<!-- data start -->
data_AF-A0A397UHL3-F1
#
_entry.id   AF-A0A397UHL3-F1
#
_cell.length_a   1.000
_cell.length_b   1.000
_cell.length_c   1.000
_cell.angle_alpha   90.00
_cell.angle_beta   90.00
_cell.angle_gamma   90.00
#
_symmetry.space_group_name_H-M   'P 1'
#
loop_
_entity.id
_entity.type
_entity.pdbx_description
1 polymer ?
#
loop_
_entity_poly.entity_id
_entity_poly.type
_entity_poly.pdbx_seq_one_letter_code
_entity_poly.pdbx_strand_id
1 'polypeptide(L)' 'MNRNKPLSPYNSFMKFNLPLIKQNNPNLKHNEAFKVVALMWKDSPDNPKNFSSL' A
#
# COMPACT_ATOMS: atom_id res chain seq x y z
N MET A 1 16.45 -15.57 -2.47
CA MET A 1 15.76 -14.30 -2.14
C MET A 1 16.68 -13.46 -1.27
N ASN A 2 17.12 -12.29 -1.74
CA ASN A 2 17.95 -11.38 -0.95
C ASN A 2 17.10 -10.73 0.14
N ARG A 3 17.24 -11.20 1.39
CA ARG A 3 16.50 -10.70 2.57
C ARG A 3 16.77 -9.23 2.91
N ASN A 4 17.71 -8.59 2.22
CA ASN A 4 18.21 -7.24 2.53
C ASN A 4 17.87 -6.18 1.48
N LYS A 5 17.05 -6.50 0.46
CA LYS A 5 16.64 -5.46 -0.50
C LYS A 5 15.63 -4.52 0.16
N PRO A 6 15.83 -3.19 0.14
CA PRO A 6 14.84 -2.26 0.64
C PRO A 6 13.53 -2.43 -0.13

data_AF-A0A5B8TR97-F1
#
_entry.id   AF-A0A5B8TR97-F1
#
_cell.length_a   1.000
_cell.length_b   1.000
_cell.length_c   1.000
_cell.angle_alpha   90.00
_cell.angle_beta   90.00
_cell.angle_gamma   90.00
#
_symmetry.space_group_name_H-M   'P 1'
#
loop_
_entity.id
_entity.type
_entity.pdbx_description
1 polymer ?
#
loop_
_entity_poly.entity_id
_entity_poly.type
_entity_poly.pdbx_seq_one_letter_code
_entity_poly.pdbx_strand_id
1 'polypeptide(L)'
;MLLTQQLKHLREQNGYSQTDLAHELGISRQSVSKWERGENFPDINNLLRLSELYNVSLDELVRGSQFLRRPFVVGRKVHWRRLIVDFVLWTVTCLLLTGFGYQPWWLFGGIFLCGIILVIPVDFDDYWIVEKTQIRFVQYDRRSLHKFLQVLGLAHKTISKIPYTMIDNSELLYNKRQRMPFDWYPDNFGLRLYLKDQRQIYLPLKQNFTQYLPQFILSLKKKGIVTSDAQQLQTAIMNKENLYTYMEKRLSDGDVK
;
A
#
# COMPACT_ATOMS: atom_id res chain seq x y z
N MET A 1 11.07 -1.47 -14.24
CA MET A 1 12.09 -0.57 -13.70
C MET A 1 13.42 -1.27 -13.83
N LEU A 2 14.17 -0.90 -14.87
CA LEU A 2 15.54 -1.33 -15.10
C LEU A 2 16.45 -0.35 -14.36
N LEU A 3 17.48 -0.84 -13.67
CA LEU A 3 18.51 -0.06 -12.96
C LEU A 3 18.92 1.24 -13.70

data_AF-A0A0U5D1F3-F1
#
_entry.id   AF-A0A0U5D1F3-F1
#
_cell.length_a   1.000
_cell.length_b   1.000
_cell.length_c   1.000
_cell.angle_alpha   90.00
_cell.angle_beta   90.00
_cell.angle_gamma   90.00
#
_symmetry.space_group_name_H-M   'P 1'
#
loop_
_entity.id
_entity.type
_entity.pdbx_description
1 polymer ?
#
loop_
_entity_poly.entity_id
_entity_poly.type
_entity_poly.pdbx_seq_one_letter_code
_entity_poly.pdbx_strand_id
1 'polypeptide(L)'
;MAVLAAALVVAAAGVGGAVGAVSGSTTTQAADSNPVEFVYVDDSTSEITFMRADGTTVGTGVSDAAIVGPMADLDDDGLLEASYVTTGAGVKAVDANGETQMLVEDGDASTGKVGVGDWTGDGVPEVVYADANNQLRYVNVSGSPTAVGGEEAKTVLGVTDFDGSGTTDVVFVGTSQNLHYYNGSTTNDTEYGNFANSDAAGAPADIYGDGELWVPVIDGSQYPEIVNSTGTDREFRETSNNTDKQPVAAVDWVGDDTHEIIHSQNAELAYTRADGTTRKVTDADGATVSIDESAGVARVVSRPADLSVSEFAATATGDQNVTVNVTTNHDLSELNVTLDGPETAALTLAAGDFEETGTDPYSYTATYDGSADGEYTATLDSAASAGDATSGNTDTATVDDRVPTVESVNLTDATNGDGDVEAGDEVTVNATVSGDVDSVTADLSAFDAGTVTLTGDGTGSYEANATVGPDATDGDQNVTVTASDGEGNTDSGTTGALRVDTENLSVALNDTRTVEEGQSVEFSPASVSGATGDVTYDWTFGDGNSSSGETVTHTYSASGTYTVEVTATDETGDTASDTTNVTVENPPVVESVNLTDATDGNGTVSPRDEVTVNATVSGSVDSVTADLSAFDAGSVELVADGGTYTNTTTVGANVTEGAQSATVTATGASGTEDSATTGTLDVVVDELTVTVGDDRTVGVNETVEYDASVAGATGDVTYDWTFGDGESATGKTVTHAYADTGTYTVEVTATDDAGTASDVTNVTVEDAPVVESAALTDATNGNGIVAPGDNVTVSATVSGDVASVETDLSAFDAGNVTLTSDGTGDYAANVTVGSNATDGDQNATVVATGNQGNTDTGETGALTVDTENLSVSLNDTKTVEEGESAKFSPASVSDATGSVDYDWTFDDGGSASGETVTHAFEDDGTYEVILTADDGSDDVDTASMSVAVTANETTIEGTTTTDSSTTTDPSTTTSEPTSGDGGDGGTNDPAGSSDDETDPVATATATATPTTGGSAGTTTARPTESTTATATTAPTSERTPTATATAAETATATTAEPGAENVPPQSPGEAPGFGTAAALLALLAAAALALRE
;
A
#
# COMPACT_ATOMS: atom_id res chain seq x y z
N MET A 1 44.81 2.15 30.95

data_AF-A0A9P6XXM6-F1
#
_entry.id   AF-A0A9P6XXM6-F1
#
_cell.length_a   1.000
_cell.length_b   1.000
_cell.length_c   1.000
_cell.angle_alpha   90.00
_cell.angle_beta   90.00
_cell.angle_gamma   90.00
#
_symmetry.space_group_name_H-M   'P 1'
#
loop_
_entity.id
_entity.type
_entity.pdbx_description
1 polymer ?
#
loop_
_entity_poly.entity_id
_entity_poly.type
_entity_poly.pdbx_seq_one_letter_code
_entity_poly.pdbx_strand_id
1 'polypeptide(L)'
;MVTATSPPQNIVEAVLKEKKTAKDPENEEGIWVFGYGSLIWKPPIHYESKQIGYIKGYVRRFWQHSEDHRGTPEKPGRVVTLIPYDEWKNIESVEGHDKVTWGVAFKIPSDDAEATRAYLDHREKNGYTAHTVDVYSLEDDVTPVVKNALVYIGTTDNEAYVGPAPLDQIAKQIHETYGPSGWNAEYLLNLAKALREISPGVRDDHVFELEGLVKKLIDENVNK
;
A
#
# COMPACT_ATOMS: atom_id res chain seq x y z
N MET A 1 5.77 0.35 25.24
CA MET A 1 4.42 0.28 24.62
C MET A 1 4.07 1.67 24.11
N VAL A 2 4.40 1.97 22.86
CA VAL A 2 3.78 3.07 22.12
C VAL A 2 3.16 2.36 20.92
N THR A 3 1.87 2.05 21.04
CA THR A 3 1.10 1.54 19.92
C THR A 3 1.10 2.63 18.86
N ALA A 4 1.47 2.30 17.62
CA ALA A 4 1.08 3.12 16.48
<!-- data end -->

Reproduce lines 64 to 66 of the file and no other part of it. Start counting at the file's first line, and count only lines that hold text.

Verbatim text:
#
loop_
_entity_poly.entity_id